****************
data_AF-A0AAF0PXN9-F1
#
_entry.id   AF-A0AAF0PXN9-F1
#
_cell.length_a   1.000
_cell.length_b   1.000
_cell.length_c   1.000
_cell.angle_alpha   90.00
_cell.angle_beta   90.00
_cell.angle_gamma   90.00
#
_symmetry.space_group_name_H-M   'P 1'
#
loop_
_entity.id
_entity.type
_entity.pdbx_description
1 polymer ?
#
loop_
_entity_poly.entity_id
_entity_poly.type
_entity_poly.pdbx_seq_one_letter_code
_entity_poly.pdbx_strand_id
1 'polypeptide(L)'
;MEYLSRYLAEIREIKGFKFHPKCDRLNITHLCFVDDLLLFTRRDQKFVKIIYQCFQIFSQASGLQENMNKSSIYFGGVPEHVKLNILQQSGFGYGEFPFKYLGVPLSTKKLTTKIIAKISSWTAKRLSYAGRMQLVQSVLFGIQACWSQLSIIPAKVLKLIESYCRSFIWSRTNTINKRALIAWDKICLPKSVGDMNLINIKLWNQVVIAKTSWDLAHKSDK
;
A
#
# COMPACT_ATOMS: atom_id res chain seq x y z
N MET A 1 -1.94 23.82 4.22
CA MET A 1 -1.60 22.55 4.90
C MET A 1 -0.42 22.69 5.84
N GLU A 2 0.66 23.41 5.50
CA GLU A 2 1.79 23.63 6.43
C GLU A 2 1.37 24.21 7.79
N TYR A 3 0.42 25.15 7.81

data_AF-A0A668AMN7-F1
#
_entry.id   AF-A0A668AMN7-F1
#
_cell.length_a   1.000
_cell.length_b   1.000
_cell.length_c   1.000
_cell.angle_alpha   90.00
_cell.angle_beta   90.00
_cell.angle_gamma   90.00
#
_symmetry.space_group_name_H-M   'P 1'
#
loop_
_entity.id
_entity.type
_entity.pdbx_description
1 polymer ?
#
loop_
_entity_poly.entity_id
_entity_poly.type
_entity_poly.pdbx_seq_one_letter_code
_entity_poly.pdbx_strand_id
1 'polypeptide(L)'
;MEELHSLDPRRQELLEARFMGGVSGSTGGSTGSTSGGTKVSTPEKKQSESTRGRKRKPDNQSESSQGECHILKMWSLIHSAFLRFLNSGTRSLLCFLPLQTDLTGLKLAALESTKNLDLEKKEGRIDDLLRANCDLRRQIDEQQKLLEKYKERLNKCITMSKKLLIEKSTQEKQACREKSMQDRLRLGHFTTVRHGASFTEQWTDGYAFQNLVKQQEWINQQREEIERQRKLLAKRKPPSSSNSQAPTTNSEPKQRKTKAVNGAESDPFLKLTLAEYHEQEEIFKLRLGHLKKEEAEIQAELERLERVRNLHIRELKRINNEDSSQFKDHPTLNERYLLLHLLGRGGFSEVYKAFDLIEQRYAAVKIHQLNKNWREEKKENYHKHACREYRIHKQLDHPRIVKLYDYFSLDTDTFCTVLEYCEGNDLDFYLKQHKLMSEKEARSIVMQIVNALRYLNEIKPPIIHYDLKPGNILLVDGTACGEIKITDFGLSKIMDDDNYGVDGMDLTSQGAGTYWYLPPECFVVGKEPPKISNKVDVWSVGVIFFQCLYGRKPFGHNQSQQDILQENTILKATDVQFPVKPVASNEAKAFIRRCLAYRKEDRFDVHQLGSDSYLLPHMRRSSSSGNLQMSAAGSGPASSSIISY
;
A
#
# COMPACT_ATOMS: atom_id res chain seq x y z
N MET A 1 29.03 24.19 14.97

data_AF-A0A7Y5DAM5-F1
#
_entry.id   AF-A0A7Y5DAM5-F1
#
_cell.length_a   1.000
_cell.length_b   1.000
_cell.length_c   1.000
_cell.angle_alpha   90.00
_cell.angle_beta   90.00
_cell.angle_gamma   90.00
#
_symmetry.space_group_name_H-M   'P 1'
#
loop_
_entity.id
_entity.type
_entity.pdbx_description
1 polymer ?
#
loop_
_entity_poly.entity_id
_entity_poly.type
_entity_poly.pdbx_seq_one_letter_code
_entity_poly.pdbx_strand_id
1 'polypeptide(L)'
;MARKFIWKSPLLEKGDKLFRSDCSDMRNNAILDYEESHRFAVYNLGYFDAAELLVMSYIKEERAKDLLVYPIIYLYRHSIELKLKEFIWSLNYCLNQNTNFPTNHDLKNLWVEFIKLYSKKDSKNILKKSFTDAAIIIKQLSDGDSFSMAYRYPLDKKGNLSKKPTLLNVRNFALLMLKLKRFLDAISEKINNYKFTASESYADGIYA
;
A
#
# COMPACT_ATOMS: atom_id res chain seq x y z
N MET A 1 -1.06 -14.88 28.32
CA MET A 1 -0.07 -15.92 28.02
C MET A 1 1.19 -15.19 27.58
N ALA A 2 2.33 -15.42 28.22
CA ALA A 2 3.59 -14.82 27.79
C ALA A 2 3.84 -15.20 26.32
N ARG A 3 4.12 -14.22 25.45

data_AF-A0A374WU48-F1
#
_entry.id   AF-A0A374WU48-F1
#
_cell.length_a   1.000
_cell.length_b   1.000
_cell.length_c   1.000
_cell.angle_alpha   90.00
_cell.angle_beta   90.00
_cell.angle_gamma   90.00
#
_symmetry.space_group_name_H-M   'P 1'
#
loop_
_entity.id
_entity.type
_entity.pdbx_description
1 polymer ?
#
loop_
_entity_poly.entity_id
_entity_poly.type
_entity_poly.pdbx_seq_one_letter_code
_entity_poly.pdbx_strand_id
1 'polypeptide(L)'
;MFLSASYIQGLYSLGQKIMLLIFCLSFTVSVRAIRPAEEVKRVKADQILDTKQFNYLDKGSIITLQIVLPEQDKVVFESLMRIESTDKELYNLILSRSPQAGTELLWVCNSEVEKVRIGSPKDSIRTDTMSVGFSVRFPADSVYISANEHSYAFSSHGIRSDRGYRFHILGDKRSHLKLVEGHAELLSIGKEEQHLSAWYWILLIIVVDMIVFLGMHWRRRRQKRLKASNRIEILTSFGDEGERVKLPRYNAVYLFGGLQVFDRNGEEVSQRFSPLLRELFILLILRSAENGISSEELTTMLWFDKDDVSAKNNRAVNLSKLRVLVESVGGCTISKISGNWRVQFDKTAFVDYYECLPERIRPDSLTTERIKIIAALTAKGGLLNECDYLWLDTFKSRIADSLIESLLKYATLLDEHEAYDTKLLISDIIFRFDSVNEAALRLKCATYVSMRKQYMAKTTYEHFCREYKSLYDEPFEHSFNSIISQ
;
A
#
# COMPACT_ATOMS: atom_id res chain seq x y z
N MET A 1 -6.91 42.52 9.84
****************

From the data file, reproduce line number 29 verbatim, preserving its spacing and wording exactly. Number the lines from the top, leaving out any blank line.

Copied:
#